A new year brings thoughts of change, starting over, and resolutions. We may want to stop some bad habit, or start some new one. We may want to change our job, our house or our relationships. We may want it, but is that enough?


There is a huge difference between wishing or wanting something, and deciding to make it happen. Many people wish for a better job, more education, better health habits or improved relationships, but a smaller number are determined enough or motivated enough to put in the hard work to make it happen.


After all these years, I can still hear my high school football coach asserting that the game would be won by the team that wanted it the most. He was usually right. High school athletic talent is usually fairly evenly distributed, so performance differences can usually be attributed to the player’s motivation and willingness to work.


The research is now fairly well-known that showed that mastery of any task or skill takes about 10,000 hours of practice. That’s a lot of hours. That’s also a lot of dedication, determination and motivation.


I recently heard the following from a business consultant. “If you want to make something happen, you figure out the necessary cost, and then you pay it.” You do what needs to be done. You don’t have to do it all at one time. You will often take baby steps, and sometimes you may not be able to see progress, but with absolute determination and persistence, you will get there.


A student once asked Socrates how to get to Mount Olympus. The question was more spiritual than geographic, since the ancient Greeks believed that Mount Olympus was the home of the gods. Socrates’ response was simple, “Make sure every step you take is in that direction.”


Every step we take either takes us toward or away from our goals. The steps can be small, but if taken in the right direction, they will get us to our goals.


So, in this new year, remember the importance of proper motivation and dedication in the pursuit of your goals. If the goal is good, right and worthwhile, it is worth the effort to make it happen. Change can happen, if you really want it.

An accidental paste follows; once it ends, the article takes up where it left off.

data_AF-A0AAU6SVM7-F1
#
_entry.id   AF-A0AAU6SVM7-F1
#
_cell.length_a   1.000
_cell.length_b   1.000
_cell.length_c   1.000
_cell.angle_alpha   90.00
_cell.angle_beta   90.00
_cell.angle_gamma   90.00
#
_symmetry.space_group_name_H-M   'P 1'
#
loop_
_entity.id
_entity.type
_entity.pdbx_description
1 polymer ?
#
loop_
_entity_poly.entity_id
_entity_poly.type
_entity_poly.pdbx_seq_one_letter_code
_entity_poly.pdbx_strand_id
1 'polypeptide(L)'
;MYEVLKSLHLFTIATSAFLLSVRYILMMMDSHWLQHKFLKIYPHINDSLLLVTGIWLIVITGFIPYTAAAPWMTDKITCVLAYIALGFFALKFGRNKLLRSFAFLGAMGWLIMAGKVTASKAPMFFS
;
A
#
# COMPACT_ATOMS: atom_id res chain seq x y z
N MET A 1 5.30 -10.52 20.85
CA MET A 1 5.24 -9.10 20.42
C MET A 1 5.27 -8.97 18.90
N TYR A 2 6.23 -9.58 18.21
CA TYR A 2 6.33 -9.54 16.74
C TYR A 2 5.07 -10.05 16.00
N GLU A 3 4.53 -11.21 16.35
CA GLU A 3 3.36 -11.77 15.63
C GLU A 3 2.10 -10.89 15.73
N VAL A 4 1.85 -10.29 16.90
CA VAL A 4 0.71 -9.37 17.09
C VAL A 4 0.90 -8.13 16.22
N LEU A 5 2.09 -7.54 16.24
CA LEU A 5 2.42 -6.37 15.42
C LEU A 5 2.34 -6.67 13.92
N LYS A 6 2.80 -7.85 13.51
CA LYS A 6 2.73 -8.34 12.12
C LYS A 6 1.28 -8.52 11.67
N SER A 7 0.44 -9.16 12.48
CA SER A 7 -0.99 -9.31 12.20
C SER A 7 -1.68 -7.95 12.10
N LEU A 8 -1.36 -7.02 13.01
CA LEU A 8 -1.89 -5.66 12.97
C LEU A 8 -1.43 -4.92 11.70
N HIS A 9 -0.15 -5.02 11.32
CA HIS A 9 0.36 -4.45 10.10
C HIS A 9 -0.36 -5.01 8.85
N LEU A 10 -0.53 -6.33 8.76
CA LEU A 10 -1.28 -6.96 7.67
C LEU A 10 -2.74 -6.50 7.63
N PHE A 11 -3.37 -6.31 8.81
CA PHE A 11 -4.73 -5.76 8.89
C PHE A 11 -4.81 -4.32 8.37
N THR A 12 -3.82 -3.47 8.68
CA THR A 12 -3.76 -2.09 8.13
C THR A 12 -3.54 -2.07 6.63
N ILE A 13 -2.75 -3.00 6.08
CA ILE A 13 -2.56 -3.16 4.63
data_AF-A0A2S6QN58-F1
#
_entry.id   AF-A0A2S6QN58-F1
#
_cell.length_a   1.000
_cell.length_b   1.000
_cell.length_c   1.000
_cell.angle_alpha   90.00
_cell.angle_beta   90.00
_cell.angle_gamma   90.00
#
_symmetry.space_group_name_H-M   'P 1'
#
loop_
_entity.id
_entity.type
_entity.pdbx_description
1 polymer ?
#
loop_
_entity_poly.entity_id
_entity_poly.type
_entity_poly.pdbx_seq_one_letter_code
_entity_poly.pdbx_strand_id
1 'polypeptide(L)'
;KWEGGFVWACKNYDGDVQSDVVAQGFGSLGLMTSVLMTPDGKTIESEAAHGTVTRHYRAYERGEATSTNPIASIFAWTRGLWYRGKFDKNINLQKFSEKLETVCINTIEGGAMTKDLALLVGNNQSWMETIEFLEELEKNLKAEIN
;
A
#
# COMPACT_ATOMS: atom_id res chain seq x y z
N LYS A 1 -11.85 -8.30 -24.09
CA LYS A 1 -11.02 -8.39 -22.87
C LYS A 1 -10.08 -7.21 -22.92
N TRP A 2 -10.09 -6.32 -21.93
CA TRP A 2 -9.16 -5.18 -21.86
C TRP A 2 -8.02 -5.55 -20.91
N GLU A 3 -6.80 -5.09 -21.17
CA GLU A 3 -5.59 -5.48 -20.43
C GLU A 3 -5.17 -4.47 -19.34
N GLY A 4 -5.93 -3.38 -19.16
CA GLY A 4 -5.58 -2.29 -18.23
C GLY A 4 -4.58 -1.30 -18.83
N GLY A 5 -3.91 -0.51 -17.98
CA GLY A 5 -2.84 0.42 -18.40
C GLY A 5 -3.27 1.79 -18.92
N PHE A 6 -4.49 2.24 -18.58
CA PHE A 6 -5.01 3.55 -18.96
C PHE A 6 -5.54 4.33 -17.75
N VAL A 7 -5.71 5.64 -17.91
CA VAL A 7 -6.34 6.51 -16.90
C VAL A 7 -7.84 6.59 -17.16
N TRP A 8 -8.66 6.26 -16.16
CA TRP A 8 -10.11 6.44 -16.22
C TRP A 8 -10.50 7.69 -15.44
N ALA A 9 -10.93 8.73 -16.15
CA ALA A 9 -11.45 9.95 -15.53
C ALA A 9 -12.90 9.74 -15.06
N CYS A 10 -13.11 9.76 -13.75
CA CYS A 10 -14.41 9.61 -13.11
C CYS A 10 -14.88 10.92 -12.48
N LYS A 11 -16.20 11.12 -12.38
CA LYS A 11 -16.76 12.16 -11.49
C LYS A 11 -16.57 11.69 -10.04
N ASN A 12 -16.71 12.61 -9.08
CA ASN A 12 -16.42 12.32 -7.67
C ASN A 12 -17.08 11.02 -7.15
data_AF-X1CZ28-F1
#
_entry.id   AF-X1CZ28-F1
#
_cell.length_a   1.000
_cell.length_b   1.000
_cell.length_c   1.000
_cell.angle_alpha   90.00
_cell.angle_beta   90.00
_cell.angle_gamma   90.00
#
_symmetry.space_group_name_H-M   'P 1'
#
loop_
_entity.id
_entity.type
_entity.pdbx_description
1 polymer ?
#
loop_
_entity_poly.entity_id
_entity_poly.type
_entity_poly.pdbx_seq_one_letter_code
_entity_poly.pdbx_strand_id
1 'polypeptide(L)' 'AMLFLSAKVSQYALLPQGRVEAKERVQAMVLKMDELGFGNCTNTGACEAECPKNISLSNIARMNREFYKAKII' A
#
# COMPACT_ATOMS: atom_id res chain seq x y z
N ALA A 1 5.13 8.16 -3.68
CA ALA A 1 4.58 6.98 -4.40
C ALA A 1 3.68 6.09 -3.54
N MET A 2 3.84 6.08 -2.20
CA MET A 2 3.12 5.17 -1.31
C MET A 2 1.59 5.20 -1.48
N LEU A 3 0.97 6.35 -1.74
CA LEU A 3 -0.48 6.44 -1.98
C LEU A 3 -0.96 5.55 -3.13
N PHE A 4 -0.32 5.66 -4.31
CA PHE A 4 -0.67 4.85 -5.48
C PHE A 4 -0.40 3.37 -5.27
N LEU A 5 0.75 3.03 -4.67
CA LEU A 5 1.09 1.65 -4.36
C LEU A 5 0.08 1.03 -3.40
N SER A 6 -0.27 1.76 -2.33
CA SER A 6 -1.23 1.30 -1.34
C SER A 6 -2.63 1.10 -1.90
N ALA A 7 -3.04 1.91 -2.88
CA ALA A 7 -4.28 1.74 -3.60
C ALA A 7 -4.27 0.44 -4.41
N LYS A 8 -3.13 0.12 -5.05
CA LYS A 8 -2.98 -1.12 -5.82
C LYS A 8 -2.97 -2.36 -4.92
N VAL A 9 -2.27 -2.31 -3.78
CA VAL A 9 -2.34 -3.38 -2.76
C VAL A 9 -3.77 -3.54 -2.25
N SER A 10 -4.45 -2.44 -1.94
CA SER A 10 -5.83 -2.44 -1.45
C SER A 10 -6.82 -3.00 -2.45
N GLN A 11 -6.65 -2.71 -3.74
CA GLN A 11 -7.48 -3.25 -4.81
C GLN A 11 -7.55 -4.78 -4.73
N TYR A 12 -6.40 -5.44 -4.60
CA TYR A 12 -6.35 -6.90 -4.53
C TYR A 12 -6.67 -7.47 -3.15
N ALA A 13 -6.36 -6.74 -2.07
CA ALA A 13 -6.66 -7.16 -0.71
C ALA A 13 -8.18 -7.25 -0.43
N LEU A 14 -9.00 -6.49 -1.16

Fine Tuning Those Resolutions

Here are six steps you can take to help you reach your goals.

As we approach a new year, we tend to think about new beginnings. For many, Januarygoal setting 1st suggests a time for starting some new habit, starting a new project, or simply starting over. The idea of setting new year’s resolutions has become cliché.

Yet, most of us have things we would like to improve about our lives. We think about changes that could make us happier or more comfortable. Unfortunately, our wishes or dreams don’t seem to be enough to change our reality.

So, what can we do to turn those dreams into reality? How can we most effectively improve our lives? The answer is deceptively simple. We get more done, create positive change, and realize more of our dreams when we start with written, specific, and measurable goals.

In “What They Don’t Teach You at Harvard Business School,” Mark McCormack relates a study in 1979, where graduating students were asked whether they had set clear, written goals for their future, and made plans to accomplish them. Only 3% of the students had written goals and plans, 13% said they had goals, but not in writing, and 84% had no goals at all. Ten years later, the 13%, who said they had unwritten goals, were making twice as much as the 84% who had no goals, while the 3% with written goals were making ten times as much. Other studies have shown that people who set specific, written goals accomplish much more than those who don’t.

But, it’s not quite so simple. Here are a few guidelines if you want to tap into the power of goal-setting to improve your life.

  1. Your goals need to be specific. A goal of “I want to lose weight” is too vague. A specific goal like, “I want to lose 25 lbs.” is much better. The subconscious mind seems to connect to a specific number or amount, in a way that charges our motivation and determination.
  2. You need a deadline. You will be much more motivated by a goal of “I will clean out the closet by 5:00 Saturday,” than you will the goal “I will clean out the closet.” Try to make it a reasonable deadline, but set one.